Marriage vs. Cohabitation – Why it Matters in the Context of California Family Law

There is a misconception that if you live with a partner for a significant amount of time, you are married through a “Common Law Marriage” with the same rights and responsibilities of legally married couples; however, Common Law Marriage does not exist in California.  Rather, in California, a couple must receive a marriage license and exchange their vows in a ceremony – either civil or religious – in order to be legally married.  Once a couple is legally married, California Community Property law governs.  

California Community Property Law holds that a marriage or the registration of a Domestic Partnership makes two people one legal “community.”  Thus, property couples acquire during the marriage is considered “community property” and debt couples incur during the marriage is considered “community debt.”  At the time of divorce, each spouse is entitled to one-half of the community property and responsible for one-half of the community debt.  

Unlike marriage, in California, cohabitation is governed by contract law– meaning, without a valid marriage, couples who simply cohabitate together do not have an automatic one-half interest in their partner’s property.   However, although cohabitation is governed by contract law and not the family law community property principles, unmarried partners may assert some of the same rights as divorcing spouses when they end their relationship.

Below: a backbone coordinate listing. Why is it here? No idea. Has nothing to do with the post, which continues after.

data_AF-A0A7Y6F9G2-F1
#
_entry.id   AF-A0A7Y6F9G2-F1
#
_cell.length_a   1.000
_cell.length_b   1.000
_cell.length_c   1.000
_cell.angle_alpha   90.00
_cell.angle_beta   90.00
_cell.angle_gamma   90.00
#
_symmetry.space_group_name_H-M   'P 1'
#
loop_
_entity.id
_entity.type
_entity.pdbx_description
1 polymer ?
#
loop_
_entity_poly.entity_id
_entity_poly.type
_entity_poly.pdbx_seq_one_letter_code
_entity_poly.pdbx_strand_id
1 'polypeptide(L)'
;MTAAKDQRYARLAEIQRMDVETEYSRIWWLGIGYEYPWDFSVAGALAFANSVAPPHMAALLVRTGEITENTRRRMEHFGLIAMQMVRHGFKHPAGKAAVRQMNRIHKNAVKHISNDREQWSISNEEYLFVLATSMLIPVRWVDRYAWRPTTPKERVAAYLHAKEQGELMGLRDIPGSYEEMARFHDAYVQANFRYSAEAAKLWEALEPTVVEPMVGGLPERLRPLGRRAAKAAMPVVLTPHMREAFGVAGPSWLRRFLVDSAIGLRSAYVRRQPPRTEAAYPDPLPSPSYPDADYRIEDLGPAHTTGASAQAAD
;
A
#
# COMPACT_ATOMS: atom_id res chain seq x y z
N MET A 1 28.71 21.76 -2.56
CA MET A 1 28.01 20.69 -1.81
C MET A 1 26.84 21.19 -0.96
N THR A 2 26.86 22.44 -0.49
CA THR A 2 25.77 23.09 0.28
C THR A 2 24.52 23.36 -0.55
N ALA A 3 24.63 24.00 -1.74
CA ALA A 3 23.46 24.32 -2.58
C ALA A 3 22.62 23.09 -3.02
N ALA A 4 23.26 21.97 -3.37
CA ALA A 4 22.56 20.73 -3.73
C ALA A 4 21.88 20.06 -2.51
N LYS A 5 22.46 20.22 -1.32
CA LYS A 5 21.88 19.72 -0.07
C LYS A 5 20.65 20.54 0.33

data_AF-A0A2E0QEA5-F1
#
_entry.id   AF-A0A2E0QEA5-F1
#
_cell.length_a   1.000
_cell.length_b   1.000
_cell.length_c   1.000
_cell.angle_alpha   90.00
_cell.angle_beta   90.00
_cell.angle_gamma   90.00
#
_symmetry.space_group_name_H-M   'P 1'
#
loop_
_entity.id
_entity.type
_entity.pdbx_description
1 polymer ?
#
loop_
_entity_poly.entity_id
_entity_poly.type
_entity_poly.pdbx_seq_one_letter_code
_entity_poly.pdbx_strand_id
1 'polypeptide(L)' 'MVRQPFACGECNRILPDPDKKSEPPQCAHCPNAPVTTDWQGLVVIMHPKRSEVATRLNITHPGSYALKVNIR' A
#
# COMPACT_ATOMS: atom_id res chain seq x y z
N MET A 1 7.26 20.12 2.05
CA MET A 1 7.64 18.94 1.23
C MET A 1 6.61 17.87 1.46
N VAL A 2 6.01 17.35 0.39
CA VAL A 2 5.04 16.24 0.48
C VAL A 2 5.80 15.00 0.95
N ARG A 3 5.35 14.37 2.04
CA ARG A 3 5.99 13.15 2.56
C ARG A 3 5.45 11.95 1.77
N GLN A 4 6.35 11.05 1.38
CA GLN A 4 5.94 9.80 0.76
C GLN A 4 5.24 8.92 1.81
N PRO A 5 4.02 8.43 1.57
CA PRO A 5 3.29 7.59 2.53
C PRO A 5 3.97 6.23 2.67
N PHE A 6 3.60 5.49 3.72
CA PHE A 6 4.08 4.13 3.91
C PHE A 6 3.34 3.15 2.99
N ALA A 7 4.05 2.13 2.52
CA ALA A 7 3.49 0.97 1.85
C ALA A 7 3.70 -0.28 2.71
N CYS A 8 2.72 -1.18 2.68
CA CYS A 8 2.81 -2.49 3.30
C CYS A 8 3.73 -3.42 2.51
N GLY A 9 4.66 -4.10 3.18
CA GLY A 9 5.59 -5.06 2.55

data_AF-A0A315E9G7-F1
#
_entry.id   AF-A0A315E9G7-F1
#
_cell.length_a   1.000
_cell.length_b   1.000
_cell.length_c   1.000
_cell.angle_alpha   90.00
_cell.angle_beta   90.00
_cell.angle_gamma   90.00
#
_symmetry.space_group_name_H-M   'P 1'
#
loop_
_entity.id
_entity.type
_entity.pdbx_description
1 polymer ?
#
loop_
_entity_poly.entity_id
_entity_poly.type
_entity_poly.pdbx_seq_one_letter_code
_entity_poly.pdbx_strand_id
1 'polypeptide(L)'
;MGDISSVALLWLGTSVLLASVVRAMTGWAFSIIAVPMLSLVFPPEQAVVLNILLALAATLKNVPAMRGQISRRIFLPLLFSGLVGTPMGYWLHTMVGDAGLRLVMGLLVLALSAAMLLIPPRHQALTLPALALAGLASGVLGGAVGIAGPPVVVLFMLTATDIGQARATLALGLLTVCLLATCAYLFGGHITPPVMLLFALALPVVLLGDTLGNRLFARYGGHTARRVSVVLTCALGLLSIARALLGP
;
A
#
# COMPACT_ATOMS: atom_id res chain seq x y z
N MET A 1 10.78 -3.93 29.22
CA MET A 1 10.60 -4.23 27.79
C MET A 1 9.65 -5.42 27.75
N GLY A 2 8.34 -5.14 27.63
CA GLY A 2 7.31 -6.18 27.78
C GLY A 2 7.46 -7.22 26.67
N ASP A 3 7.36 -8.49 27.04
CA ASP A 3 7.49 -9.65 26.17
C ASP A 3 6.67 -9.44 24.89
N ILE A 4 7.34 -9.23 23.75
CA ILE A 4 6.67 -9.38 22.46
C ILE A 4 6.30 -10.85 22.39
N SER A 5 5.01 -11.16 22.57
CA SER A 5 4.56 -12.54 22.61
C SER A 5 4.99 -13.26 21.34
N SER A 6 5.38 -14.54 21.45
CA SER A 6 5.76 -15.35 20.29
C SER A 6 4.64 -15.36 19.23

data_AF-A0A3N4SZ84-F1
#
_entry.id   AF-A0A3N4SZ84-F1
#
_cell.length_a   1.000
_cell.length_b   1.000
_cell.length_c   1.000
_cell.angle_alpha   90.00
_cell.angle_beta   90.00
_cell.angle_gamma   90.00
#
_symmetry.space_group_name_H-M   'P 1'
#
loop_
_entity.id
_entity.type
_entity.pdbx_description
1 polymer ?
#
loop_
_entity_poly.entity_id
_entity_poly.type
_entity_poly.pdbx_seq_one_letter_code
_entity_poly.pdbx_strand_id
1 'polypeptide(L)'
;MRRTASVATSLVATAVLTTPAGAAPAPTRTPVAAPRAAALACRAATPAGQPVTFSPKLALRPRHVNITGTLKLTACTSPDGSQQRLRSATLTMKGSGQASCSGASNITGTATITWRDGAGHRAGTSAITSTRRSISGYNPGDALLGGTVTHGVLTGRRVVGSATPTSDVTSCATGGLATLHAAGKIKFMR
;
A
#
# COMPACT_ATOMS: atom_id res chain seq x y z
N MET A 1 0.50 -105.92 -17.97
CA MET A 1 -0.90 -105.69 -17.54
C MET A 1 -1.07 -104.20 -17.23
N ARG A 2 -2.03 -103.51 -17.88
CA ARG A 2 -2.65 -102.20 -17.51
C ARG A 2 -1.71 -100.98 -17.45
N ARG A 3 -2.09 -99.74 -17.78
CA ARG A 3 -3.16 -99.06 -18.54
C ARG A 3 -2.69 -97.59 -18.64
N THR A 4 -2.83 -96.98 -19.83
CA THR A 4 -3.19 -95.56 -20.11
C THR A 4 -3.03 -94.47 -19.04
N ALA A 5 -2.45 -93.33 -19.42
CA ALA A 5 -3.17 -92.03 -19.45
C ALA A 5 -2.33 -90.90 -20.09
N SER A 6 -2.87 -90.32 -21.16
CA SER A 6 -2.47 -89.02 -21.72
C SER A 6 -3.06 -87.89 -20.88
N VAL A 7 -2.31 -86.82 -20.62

Marvin” Claims in California

Generally speaking, the California community property rights and obligations that would normally accrue for married couples do not exist for unmarried partners.  However, under the well-known Marvin v. Marvin case, unmarried couples who live together and meet certain requirements may make marital-type claims for property and financial support after they break up. These claims are often called “Marvin” claims and are governed by civil law, not family law.   

 

In Marvin v. Marvin, actor Lee Marvin was sued for financial support by his long-term girlfriend, Michelle Triola.  Ms. Triola sought financial compensation similar to spousal support and community property which married couples are typically entitled to receive in California.  In Marvin, the court expressly declined to treated unmarried cohabitants like married persons, but the court stated that agreements, including oral contracts, between unmarried partners should be enforced.

 

Thus, in order to succeed in a Marvin suit, the plaintiff-spouse will have to prove that both partners had a written agreement or implied understanding to share their property and earnings and/or that one person would provide financial support to the other.  Two common ways to prove a Marvin claim are (1) an action for breach of written contract and/or (2) an action for an implied contract.  

 

If a couple has a valid, written agreement to share property or provide support, that contract will likely control the outcome of the case.  If, however, the couple has an implied agreement – a contract found by looking at the parties’ conduct – it will be much more difficult for the plaintiff-spouse to prove.  

 

Child Support Obligation

Regardless of whether the couple lived as cohabitants or married partners, in California, parents have a mandatory legal duty to support their child.  The right to child support belongs to the child, not the parents; thus, even parents who cohabitated without legally getting married, and eventually ended their relationship, will be responsible for paying their agreed upon or court ordered child support.  

 

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